Canada’s New Citizenship Law: Protecting Against Terrorism
By Author: Admin | June 24, 2014
Canada’s new citizenship law received final passage on 2014-06-20 . It includes the ability to revoke citizenship from persons who have dual citizenship and are convicted of serious crimes such as terrorism. The timing of this law, coinciding with a Canadian citizen fighting with a terror group in the Middle East and burning his Canadian passport could not be better; on the face of such extremism, the law could be seen as a welcome and necessary defence to the scourge of terrorism. In fact, it is not.
The key problem with the new citizenship law is the creation of at least two classes of citizenship: Canadians born in Canada and with no other citizenship, and Canadians who have another nationality (either directly or via their parent or spouse). In other words if you’re Canadian born, and your parents and spouse are Canadian born, you are free to be a terrorist/fund a terrorist group, and advocate for terrorism to your heart’s content, and never be deported/banished from Canada.
On the other hand, if you have a parent or spouse with citizenship from another country, and are a convicted terrorist, your Canadian citizenship can be revoked and you may be deported to a place where you are theoretically entitled to citizenship. This will create stateless persons, as other countries’ laws on citizenship may be vague or inconsistently applied. The recent exampleDeepan Budlakoti a person born in Canada whose parents were from India. Having led a life of crime in Canada, his Canadian citizenship being stripped on a technicality, he is limbo because India does not want him. Can you blame India? Why would they want convicted criminal who was born and raised in Canada sent to them?
Similarly, Canada has opposed the return to Canada of Canadian citizens convicted of crimes in the USA. It is a natural reaction, designed to protect the Canadian public. Perhaps the Canadian government was emboldened by the success of deporting many permanent residents of Canada back to the Caribbean, despite being raised in Canada. The pugnaciousness of such deportations can be mitigated with a sunny announcement by the Honourable Minister Jason Kenney celebrating Jamaican Diaspora day.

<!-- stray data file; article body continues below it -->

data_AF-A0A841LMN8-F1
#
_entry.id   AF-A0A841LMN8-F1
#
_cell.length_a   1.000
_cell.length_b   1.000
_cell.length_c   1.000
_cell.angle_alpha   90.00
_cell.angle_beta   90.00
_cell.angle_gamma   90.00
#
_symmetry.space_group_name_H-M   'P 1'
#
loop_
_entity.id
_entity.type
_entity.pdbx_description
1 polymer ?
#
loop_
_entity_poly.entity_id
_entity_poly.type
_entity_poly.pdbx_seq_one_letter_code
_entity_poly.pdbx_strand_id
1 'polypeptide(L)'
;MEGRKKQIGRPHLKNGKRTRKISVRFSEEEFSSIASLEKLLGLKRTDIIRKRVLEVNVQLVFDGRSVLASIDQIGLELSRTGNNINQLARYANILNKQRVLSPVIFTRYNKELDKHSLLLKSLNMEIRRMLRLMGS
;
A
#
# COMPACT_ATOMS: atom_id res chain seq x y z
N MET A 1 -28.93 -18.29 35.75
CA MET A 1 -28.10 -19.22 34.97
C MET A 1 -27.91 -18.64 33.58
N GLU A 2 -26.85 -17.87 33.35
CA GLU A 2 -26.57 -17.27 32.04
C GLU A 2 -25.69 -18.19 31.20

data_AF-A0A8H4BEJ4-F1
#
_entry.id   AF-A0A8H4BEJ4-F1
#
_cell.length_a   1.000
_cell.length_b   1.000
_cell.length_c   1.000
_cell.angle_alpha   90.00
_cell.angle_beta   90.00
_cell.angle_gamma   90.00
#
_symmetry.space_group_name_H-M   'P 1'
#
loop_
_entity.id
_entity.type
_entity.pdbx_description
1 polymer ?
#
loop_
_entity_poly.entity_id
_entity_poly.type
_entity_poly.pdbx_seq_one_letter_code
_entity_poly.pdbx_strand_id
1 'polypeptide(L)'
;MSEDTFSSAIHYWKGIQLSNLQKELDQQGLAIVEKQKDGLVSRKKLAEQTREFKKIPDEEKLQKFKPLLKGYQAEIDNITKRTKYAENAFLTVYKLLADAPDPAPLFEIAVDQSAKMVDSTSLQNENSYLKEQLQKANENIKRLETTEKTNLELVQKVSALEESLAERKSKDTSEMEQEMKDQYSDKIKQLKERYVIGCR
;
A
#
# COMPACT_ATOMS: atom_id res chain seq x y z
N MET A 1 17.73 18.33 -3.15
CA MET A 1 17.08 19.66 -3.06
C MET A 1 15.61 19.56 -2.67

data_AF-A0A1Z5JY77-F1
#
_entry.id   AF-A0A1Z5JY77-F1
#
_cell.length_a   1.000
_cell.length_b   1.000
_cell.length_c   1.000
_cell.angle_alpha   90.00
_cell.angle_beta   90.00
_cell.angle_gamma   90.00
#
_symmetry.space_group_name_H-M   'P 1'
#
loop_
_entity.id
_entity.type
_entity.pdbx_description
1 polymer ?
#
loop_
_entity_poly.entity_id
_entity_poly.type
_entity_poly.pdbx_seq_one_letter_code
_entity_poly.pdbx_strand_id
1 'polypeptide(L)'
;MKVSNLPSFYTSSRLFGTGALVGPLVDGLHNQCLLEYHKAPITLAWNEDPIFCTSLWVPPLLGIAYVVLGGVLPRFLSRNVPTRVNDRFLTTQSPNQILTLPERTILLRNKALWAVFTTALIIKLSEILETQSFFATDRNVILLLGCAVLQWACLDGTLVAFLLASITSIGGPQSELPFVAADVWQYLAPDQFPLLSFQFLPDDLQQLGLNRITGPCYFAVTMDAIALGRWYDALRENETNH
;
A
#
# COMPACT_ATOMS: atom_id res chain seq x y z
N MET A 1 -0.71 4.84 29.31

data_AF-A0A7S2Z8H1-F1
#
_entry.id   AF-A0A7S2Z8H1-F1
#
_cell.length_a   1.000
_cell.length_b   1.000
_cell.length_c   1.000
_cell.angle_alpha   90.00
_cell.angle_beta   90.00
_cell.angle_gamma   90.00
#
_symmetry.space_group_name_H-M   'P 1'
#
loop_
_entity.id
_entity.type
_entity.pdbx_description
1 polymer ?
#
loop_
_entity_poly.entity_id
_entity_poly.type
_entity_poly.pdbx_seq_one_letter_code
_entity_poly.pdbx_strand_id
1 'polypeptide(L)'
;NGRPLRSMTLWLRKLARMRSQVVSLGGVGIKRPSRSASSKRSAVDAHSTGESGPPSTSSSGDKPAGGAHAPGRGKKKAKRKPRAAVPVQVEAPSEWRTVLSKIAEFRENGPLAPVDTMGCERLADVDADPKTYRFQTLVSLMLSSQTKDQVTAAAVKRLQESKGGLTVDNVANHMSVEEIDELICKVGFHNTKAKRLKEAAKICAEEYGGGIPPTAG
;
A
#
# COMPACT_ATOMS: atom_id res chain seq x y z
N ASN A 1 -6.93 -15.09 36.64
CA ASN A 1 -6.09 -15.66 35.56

The law of banishing people passed parliament so easily because who would reasonably be against keeping terrorists in Canada? The Canadian Bar Associations opposition, buried in distinctions about “classes of citizens” gets easily drowned out by the Immigration Minister labeling lawyers as associating with “terror fundraisers”.
The discussion of terror presumes that terrorists are exclusively from “those countries” and are “them” or the “other”, and not “us”, and do not belong here, in Canada. The reality is of course not so clear, but misperceptions persist, such as when in 2009 security personnel in a German Court room reflexively shot the wrong person when trying to stop a murder that was taking place in during the court hearing (the murderer was an ethnic German immigrant from Russia , and the security personnel shot the victim, an Egyptian).
The Canadian government has signed treaties and hence have an international obligation to prevent statelessness. For that reason, significant portions of Canada’s citizenship laws will be challenged as unconstitutional. This will keep lawyers busy. Unfortunately, such laws, badly drafted by the government, will also cost the Canadian public who will pay for Department of Justice lawyers to defend these laws..
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